Thursday, January 30, 2014
The Diamond T. Ranch
(Zaneta’s Ride: 1988)
And there I was on a large horse right behind Zaneta, who was on a large horse, she was all of thirteen, a big girl for thirteen, and simple minded, and her horse had electricity in its eyes, twisted fire in its legs, galloping up this hill and right off into the atmosphere, so it appeared, and several people were on horses in front of her, and her horse wanted to pass them.
Her body frame lay still, perhaps she was thinking about this. Anyhow, after a moment the horse groaned, as if being held back, and it was certainly unlike any groan I had ever heard from a horse. I thought, what spooked you?
All of the horse—save, the rider and the insects, and discounting the hot weather, galloped unflagging up that hill, hoof after hoof, left print, right print in the hard, hardened muddy ground, towards the top, and below the top was the corral, where the feed and water was.
For me, who at that time was a good rider: my flesh tingled unpleasantly with the contemplation she was going to fly off that saddle at any moment?
I rode still, savoring this, as a magical moment in her life, praying: Lord, please put an angel on the back of that horse to hold Zaneta in place, before it could become fatal; that was my secret prayer.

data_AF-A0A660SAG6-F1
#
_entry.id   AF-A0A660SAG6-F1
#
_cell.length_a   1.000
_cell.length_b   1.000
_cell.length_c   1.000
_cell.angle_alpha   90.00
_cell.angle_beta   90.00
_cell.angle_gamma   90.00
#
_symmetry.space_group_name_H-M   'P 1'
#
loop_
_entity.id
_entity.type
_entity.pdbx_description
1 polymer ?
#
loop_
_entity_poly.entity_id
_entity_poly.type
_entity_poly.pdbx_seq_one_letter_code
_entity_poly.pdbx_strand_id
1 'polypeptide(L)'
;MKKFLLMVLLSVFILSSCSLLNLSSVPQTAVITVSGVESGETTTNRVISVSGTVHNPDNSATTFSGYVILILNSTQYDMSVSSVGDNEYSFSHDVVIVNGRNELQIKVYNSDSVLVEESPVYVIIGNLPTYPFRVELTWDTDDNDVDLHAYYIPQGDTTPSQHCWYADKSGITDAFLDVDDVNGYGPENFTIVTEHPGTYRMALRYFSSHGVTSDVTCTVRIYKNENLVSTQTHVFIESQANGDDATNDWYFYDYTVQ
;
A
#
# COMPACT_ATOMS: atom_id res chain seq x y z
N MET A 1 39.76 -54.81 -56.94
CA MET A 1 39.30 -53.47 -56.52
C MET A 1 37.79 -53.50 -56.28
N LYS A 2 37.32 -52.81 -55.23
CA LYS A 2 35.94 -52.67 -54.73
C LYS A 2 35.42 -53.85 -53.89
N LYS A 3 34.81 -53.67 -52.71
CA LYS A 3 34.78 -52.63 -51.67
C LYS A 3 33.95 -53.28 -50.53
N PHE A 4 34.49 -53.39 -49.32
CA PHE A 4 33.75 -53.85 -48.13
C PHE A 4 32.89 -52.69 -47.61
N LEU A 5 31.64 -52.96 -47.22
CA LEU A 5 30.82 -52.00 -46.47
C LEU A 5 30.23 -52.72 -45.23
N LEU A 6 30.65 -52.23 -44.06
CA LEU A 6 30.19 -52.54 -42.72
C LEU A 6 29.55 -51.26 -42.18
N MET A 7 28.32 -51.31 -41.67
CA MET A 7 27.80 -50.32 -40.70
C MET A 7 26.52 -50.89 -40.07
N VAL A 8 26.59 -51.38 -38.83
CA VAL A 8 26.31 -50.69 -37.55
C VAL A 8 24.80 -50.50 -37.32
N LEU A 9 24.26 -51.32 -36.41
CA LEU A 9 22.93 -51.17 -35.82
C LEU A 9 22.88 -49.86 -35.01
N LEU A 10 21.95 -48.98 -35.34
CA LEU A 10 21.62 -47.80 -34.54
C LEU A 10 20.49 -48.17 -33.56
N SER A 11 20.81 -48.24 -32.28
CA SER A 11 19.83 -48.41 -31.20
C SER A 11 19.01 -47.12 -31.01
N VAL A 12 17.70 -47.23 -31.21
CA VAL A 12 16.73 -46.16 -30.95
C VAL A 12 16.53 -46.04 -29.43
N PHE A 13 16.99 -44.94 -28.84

The horse in his gallop passed the bushes and overlade branches, from side to side, for a moment my world was compressed-silence, then it ebbed, the silence cleared, and breathing started back up: I could hear her horse hissing, perhaps it was thinking, while galloping, with its tossing frame, heaving belly, legs swinging, reaching and overreaching, mud slum or not: limp hooves, Zaneta’s soles deep in the stirrups: yet still it gallops with untiring fury and without sympathy for its rider, knowing all along—having so keen an eye when she got on the horse, evolution: he was in charge. Had I been on the horse, a single blow to the beast, he would have retreated, but now he was thundering on though the other several horses as if they were foes, perhaps he was the lead horse, and was angry he was not doing the leading, because he had a thirteen year old on his back, even a horse has pride: something’s are shaped in the mind’s eye, horse or man, or beast—and this pride will never die, even the horse can’t help it, it is in the bones of the horse, cursing inferior riders put onto their backs; and the horse galloped to the top of the hill, below it: its destination the corral, or the barn or the feed, or sleep, whatever, wherever, anyplace would do but a better place than having to endure this thirteen year old on his back, any thirteen year old, I think would have irritated the horse.
But women or girls can be surprising wise, even to horses; hence, unconfused by this reality, perhaps more by simplicity, impervious to the moment at hand, and in the thrill of the gallop, she thought nothing of it. By gosh, I thought, what a brave girl.
No: 1019/1-7-2013 (For Zaneta)